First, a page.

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ENVSTD 121 – In Land We Trust

Jake Murphy, Allie Hampton, Quinn Glazier
Dr. Mari Rice (Ed. D) – ENVSTD 121
Land Trust of the Treasure Valley

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Learning Goals

  • Connect course content to real life applications through hands on experience on local environmental issues with a non profit organization.
  • Gain a better understanding of Idaho native species and how they are affected by present environmental issues.

Community Partner: Land Trust of the Treasure Valley

Land Trust of the Treasure Valley Mission Statement:

  • Protect wildlife habitat and waterways
  • Increase conservation of private and public lands
  • Mitigate the effects of climate change
  • Educate the community and foster a long lasting culture of conservation.

Project Purpose /Community Identified Need:A person using a shovel to maintain a dirt trail

  • Trail restoration
  • Native plant rehabilitation
  • Course Concepts

Course Concepts

Restoration islands, combating invasive species, erosion from surface water, tragedy of the commons, species adaptation, reintroducing native species.

Service Connections

In order to reintroduce native plants to the Boise foothills, we planted a variety of flora across a series of protected areas.  These protected pockets of native life, or restoration islands, will allow native crops to reestablish themselves without interference from invasive species.

The power of erosion from surface water can be destructive if not properly mitigated.  A major part of our service learning was trail restoration following the season’s first rains. Installing drainage ditches along trails prevented further rutting of trails, as well as providing a water source for trailside restoration islands.

Our experience reinforced the course concepts, as we got to actually practice the restoration tactics we had spent weeks studying.


This is important because it is a good representation of the commons and how you should still care for something even if it is not personally yours. Going forward I will have a greater appreciation for those helping our land as well as a better understanding of land management methods and how plant species affect the environment around them.

As a result of this Service Learning Experience, I feel more connected to individual environmental action. Throughout this course, environmental issues have sometimes seemed unsolvable. Seeing the trailwork and planting slowly but surely impact the area showed me that individual action is still powerful in the processes of saving the Earth.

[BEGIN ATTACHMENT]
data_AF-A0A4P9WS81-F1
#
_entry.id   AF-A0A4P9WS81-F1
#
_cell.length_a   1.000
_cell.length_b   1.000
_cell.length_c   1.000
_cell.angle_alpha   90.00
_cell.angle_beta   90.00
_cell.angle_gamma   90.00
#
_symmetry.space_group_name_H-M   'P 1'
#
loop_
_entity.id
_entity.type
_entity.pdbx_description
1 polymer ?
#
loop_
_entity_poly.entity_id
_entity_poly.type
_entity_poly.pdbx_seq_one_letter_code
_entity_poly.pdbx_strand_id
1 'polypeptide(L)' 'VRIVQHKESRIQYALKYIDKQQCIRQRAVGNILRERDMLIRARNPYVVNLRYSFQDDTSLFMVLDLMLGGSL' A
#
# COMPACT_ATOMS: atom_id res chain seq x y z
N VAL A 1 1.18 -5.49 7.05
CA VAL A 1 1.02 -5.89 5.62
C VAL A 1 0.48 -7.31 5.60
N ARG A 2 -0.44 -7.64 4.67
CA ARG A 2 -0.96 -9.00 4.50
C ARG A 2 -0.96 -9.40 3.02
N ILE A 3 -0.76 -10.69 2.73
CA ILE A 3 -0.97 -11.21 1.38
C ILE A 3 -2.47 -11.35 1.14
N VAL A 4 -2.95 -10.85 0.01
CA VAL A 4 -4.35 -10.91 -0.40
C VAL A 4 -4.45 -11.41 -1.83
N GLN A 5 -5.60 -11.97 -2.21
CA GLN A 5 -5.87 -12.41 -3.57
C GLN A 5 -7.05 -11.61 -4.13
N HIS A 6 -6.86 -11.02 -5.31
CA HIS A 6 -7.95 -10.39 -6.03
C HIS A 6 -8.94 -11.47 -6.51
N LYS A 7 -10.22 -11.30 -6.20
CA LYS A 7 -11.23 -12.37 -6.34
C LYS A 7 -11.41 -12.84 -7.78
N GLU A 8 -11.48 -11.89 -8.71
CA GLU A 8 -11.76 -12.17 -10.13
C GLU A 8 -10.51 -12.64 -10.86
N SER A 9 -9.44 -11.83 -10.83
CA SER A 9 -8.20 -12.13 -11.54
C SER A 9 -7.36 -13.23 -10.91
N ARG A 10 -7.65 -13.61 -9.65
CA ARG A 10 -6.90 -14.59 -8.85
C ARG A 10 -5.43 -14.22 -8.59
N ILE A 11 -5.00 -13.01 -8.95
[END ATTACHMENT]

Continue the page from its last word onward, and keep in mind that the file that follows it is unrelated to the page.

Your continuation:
This Service Learning project has helped me become more environmentally conscious in my daily life by getting me involved in the ecological issues that are surrounding me.  I never gave thought to the amount of water that I used on a daily basis, until I hiked backpacks full of water up a hill to feed islands of native plants.  Knowing that the small amount of water I was carrying was enough to sustain dozens of lives prompted me to reflect on the amount of water I was wasting daily, and how I could make a change to my usage patterns.


A person collecting seeds from native sage.
  • Prevented erosion with proper trail management (widened, leveled, and packed)
  • Planted protected islands of native plants (planted with room for roots and a dip around plant to gather water)
  • Gathered and spread native seeds (taken from germinating plants and thoroughly spread)


The trailwork helped the community by addressing recreational needs. Cleaning up and maintaining the trails ensures that the plants at Harrison Hollow are less likely to be interfered with and prevents erosion, all while ensuring that community members have an easier and enjoyable recreational experience.

Beyond this, collecting seeds, replanting native species, and removing invasive species all help to recover the area, and eventually, restore Boise’s native plants and habitats.